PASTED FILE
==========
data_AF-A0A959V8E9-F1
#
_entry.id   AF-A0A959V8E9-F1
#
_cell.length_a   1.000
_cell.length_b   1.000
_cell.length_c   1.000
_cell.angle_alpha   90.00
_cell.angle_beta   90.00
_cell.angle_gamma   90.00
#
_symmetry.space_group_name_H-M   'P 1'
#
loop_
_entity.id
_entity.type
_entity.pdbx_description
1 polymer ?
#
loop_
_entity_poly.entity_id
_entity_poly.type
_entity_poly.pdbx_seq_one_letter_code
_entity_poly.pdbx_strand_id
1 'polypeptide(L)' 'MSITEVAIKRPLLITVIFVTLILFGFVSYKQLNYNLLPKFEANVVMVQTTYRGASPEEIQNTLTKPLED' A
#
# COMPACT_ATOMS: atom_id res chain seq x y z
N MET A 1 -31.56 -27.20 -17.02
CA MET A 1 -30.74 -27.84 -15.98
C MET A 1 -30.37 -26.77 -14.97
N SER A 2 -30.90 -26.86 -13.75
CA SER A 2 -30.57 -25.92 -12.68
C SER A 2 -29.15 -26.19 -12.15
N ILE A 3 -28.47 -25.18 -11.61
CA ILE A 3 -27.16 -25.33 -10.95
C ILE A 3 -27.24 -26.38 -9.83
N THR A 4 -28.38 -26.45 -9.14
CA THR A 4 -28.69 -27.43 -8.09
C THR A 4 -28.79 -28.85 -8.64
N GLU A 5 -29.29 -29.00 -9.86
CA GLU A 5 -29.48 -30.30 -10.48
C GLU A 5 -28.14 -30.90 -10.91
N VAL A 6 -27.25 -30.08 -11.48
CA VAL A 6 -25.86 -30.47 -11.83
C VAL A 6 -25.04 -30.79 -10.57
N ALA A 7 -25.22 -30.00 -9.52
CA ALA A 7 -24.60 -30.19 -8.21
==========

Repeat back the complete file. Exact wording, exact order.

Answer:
data_AF-A0A959V8E9-F1
#
_entry.id   AF-A0A959V8E9-F1
#
_cell.length_a   1.000
_cell.length_b   1.000
_cell.length_c   1.000
_cell.angle_alpha   90.00
_cell.angle_beta   90.00
_cell.angle_gamma   90.00
#
_symmetry.space_group_name_H-M   'P 1'
#
loop_
_entity.id
_entity.type
_entity.pdbx_description
1 polymer ?
#
loop_
_entity_poly.entity_id
_entity_poly.type
_entity_poly.pdbx_seq_one_letter_code
_entity_poly.pdbx_strand_id
1 'polypeptide(L)' 'MSITEVAIKRPLLITVIFVTLILFGFVSYKQLNYNLLPKFEANVVMVQTTYRGASPEEIQNTLTKPLED' A
#
# COMPACT_ATOMS: atom_id res chain seq x y z
N MET A 1 -31.56 -27.20 -17.02
CA MET A 1 -30.74 -27.84 -15.98
C MET A 1 -30.37 -26.77 -14.97
N SER A 2 -30.90 -26.86 -13.75
CA SER A 2 -30.57 -25.92 -12.68
C SER A 2 -29.15 -26.19 -12.15
N ILE A 3 -28.47 -25.18 -11.61
CA ILE A 3 -27.16 -25.33 -10.95
C ILE A 3 -27.24 -26.38 -9.83
N THR A 4 -28.38 -26.45 -9.14
CA THR A 4 -28.69 -27.43 -8.09
C THR A 4 -28.79 -28.85 -8.64
N GLU A 5 -29.29 -29.00 -9.86
CA GLU A 5 -29.48 -30.30 -10.48
C GLU A 5 -28.14 -30.90 -10.91
N VAL A 6 -27.25 -30.08 -11.48
CA VAL A 6 -25.86 -30.47 -11.83
C VAL A 6 -25.04 -30.79 -10.57
N ALA A 7 -25.22 -30.00 -9.52
CA ALA A 7 -24.60 -30.19 -8.21